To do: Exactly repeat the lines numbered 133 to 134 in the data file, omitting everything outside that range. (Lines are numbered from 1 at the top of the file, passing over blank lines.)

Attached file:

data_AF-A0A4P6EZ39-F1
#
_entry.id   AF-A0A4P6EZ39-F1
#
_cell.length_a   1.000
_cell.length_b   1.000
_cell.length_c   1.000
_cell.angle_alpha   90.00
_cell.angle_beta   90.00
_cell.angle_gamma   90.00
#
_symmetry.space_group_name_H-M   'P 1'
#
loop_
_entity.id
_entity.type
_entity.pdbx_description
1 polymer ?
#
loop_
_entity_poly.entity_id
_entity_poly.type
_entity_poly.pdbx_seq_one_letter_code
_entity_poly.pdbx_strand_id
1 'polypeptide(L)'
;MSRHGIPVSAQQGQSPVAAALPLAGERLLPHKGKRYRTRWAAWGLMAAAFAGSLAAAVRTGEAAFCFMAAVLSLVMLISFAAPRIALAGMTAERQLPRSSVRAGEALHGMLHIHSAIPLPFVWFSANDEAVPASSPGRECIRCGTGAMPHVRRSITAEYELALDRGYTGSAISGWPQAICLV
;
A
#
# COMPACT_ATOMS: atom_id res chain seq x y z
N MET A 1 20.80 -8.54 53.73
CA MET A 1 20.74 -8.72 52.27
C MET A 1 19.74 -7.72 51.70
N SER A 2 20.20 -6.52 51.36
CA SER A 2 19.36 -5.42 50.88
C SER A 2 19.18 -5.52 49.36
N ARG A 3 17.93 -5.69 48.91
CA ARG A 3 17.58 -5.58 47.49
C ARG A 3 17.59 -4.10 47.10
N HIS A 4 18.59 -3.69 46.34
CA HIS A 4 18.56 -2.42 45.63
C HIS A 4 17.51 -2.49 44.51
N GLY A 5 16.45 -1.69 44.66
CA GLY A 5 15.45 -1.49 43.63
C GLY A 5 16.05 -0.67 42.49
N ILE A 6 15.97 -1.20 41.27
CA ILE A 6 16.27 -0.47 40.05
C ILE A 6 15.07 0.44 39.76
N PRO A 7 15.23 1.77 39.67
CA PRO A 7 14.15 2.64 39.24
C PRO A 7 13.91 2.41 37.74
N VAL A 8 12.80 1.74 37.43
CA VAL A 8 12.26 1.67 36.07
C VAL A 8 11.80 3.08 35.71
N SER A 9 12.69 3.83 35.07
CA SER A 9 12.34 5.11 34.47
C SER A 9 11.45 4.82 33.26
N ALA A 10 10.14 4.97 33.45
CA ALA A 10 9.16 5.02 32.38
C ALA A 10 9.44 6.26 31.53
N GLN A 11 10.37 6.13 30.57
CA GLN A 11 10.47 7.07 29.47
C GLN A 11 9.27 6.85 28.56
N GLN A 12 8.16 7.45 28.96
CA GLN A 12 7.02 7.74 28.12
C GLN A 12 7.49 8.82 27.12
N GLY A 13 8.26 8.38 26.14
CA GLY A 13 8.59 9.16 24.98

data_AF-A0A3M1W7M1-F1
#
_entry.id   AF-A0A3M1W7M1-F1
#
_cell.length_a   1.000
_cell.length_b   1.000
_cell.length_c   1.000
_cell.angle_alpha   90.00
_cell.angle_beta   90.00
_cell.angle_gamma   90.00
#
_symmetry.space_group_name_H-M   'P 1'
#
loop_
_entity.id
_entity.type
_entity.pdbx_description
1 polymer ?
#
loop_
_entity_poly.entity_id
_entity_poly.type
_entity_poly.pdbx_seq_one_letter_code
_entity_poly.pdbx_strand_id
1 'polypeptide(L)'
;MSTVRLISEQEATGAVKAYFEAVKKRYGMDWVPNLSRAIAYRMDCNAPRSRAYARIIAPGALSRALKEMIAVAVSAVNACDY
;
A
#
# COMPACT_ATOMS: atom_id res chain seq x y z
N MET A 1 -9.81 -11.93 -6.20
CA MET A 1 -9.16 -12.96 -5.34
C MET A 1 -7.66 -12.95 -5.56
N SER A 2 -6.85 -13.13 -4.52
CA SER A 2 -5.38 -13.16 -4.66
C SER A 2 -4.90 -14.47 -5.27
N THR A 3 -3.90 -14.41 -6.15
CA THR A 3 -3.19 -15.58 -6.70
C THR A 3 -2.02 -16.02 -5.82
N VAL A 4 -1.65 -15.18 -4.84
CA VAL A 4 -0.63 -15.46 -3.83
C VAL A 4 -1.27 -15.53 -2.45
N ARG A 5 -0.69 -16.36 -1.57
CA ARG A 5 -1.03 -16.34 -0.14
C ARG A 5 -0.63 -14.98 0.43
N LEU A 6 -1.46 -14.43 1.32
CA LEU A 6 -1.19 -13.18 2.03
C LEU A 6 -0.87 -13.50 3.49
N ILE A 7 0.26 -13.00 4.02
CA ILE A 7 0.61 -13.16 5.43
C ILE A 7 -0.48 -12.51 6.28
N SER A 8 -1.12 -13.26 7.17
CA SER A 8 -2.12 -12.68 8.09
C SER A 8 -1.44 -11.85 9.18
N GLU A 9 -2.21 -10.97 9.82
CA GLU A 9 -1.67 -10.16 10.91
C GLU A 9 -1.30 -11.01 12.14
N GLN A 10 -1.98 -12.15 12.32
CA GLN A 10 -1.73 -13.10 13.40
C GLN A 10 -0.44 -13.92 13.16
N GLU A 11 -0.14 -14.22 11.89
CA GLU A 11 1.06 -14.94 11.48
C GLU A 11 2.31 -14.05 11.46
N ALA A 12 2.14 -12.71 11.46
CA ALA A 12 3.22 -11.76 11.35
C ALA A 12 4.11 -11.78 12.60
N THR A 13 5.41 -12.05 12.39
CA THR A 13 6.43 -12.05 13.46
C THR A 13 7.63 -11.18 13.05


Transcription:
CA ALA A 12 3.22 -11.76 11.35
C ALA A 12 4.11 -11.78 12.60